1. Write a play instead

Are you sure you need to write a screenplay? Almost any movie takes years. I’ve just done a TV film for the BBC that has taken 20 years to go from idea to execution. If you’ve got a great story, it might be worth writing it as a play first, or a book. To get a movie into the world, someone needs to love it enough to spend millions of pounds on it – and years of their life. A play costs a few thousand and takes a couple of months. Plus it makes you a playwright, which is way upmarket from a screenwriter. And if it’s successful, people will want to make the movie.

2. Do the title first

Seems obvious, but you’d be amazed. A great title can make a big difference. The musical Oklahoma, as it was initially called, famously flopped in the provinces, but became a massive hit after they added the exclamation mark. Orson Welles said Paper Moon was such a great title they wouldn’t need to make the movie, just release the title. If you want a good title, you need it before you start, when you’re pumped up with hope. If you look for it afterwards, you end up thinking like a headline-writer. If Victor Hugo had waited until he’d finished Notre-Dame de Paris, he would have ended up calling it I’ve Got a Hunch.

3. Read it to people

It’s easy to fool yourself on the page. Tell people your story and watch them. Is there a bit where they check their watch? Are there bits you unexpectedly feel you want to skip? Do they guess the ending? Get it worked up into a good anecdote. This also means that if you bump into The Money at a film festival, you can pitch the story right there. The same applies after you’ve written the script. Danny Boyle, director of 28 Days Later, makes you read your script out loud to him. It’s horrible. It leaves you nowhere to hide. But it saves weeks of second-guessing.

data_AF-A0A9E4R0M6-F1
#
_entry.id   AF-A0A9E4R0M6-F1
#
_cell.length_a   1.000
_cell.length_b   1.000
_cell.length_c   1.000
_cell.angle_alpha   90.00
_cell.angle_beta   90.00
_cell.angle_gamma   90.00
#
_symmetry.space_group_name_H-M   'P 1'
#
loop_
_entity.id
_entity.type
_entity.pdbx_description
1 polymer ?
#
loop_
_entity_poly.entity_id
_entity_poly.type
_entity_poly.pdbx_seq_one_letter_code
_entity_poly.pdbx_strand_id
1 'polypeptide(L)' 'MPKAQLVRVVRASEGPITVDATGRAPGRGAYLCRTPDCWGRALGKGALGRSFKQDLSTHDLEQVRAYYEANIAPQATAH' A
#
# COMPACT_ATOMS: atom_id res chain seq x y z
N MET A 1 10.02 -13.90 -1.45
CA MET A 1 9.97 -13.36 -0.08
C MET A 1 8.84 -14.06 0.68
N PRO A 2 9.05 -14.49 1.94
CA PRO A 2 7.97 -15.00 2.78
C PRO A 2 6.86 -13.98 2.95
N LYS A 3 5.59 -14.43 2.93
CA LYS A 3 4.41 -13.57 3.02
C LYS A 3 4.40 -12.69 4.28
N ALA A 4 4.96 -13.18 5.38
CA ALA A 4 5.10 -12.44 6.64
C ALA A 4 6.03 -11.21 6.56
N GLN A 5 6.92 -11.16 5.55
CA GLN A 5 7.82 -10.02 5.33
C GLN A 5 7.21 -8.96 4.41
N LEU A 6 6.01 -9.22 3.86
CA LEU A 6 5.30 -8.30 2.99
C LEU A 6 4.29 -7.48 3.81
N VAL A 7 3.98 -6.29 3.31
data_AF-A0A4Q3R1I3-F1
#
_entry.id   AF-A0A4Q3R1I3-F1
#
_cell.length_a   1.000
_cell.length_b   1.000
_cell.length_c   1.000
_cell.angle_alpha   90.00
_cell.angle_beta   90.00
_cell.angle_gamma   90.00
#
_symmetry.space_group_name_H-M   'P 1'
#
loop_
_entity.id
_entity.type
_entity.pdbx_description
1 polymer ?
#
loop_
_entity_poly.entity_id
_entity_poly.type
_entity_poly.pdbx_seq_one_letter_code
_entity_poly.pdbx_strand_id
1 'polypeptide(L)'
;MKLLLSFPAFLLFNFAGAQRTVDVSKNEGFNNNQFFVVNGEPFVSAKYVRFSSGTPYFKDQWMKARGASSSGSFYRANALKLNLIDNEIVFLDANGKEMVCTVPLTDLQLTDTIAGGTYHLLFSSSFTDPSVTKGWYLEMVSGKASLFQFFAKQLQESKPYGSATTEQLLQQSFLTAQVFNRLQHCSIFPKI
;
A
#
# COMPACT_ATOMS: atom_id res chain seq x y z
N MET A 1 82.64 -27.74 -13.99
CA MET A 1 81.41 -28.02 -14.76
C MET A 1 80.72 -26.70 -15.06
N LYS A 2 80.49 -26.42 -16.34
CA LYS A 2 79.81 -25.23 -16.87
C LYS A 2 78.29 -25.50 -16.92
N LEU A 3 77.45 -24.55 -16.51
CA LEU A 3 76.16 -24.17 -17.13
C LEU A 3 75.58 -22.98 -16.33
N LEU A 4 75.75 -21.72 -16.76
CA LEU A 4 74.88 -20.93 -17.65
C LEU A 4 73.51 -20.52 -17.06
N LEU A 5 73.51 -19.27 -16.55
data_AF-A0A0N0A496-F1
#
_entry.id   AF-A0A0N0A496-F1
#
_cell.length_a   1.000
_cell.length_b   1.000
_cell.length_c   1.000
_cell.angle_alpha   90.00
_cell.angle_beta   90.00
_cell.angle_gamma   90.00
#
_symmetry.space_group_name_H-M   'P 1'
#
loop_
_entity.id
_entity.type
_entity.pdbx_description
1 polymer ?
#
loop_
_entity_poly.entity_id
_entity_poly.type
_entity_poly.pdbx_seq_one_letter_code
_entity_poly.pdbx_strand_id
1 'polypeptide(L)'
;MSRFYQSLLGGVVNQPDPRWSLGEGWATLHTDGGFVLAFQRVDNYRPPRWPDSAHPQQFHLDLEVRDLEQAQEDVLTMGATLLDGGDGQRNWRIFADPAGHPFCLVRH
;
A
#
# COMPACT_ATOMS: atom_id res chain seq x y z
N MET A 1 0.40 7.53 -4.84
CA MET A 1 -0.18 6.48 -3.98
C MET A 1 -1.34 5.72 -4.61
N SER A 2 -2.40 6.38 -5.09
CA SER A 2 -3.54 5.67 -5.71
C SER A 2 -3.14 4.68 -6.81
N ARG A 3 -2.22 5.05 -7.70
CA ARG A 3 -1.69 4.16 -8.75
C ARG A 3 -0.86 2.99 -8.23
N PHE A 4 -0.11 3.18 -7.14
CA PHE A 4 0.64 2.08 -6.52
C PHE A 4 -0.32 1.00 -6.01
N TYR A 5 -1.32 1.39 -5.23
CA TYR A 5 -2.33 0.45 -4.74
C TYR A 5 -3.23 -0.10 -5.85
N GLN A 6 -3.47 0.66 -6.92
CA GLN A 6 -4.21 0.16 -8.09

4. Forget the three-act structure

All the manuals insist on a three-act structure. I think this is a useless model. It’s static. All it really means is that your screenplay should have a beginning, middle and end. When you’re shaping things, it’s more useful to think about suspense. Suspense is the hidden energy that holds a story together. It connects two points and sends a charge between them. But it doesn’t have to be all action. Emotions create their own suspense. In American Splendor, the film about comic-book creator Harvey Pekar, you hope till it hurts that his relationship will work out. Secrets are good at generating tension, too. In A Knight’s Tale, you fret all the way through that someone will discover that William is not really Sir Ulrich von Lichtenstein.

A delicate art. If a setup is too obvious, it can announce a payoff. I remember watching Se7en in a multiplex. When Morgan Freeman said he was going to retire in a few days, someone shouted: “Gonna die!” (For once, it wasn’t true.) On the other hand, if the setup doesn’t signal something, it doesn’t generate any suspense. The trick is to create an expectation but fulfill it in a completely unexpected way. I’m going to give the Oscar for this to Geoffrey Chaucer for The Pardoner’s Tale, where they go looking for Death but find a pile of money instead. And the twist is … they scheme over it and kill each other.

6. Don’t write excuse notes

Sympathy is like crack cocaine to industry execs. I’ve had at least one wonderful screenplay of mine maimed by a sympathy-skank. Yes, of course the audience have to relate to your characters, but they don’t need to approve of them. If characters are going to do something bad, Hollywood wants you to build in an excuse note. If you look at Thelma and Louise, you’ll see it’s really just one long excuse note with 20 minutes of fun at the end. The US cop show The Wire, on the other hand, gives you characters you couldn’t possibly approve of, or even like. Then, when it needs to, it gives you another glimpse of them. In one heart-scalding scene, a nasty, hard-nosed young drug-dealer from the projects finds himself in a park and says: “Is this still in Baltimore?”